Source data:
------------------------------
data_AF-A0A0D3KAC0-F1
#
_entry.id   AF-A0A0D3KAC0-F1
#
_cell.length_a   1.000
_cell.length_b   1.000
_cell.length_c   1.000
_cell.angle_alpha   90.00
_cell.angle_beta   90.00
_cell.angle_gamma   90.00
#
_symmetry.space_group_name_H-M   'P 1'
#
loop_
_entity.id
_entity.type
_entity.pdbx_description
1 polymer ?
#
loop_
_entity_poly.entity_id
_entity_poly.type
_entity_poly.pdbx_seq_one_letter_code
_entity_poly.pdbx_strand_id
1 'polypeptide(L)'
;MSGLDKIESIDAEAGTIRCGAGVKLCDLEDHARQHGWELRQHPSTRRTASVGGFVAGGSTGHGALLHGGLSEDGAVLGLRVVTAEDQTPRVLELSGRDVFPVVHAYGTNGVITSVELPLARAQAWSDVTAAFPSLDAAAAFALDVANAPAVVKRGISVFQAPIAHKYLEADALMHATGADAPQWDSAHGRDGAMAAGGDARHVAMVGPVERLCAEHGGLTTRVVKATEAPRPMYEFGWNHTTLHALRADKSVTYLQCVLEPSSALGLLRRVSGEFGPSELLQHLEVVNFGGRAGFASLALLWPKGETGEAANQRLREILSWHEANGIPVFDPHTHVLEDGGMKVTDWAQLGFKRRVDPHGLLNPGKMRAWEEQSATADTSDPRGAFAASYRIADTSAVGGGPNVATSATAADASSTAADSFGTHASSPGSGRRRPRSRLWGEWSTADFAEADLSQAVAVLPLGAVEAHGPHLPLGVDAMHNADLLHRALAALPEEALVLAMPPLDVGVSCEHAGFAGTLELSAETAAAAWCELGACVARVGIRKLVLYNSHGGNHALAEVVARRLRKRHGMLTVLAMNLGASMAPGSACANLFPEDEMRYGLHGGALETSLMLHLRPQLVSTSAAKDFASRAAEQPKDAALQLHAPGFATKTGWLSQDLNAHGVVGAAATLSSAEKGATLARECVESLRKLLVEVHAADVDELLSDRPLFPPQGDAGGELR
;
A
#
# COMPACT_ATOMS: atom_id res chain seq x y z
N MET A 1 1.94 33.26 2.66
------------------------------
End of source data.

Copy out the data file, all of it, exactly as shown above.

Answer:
data_AF-A0A0D3KAC0-F1
#
_entry.id   AF-A0A0D3KAC0-F1
#
_cell.length_a   1.000
_cell.length_b   1.000
_cell.length_c   1.000
_cell.angle_alpha   90.00
_cell.angle_beta   90.00
_cell.angle_gamma   90.00
#
_symmetry.space_group_name_H-M   'P 1'
#
loop_
_entity.id
_entity.type
_entity.pdbx_description
1 polymer ?
#
loop_
_entity_poly.entity_id
_entity_poly.type
_entity_poly.pdbx_seq_one_letter_code
_entity_poly.pdbx_strand_id
1 'polypeptide(L)'
;MSGLDKIESIDAEAGTIRCGAGVKLCDLEDHARQHGWELRQHPSTRRTASVGGFVAGGSTGHGALLHGGLSEDGAVLGLRVVTAEDQTPRVLELSGRDVFPVVHAYGTNGVITSVELPLARAQAWSDVTAAFPSLDAAAAFALDVANAPAVVKRGISVFQAPIAHKYLEADALMHATGADAPQWDSAHGRDGAMAAGGDARHVAMVGPVERLCAEHGGLTTRVVKATEAPRPMYEFGWNHTTLHALRADKSVTYLQCVLEPSSALGLLRRVSGEFGPSELLQHLEVVNFGGRAGFASLALLWPKGETGEAANQRLREILSWHEANGIPVFDPHTHVLEDGGMKVTDWAQLGFKRRVDPHGLLNPGKMRAWEEQSATADTSDPRGAFAASYRIADTSAVGGGPNVATSATAADASSTAADSFGTHASSPGSGRRRPRSRLWGEWSTADFAEADLSQAVAVLPLGAVEAHGPHLPLGVDAMHNADLLHRALAALPEEALVLAMPPLDVGVSCEHAGFAGTLELSAETAAAAWCELGACVARVGIRKLVLYNSHGGNHALAEVVARRLRKRHGMLTVLAMNLGASMAPGSACANLFPEDEMRYGLHGGALETSLMLHLRPQLVSTSAAKDFASRAAEQPKDAALQLHAPGFATKTGWLSQDLNAHGVVGAAATLSSAEKGATLARECVESLRKLLVEVHAADVDELLSDRPLFPPQGDAGGELR
;
A
#
# COMPACT_ATOMS: atom_id res chain seq x y z
N MET A 1 1.94 33.26 2.66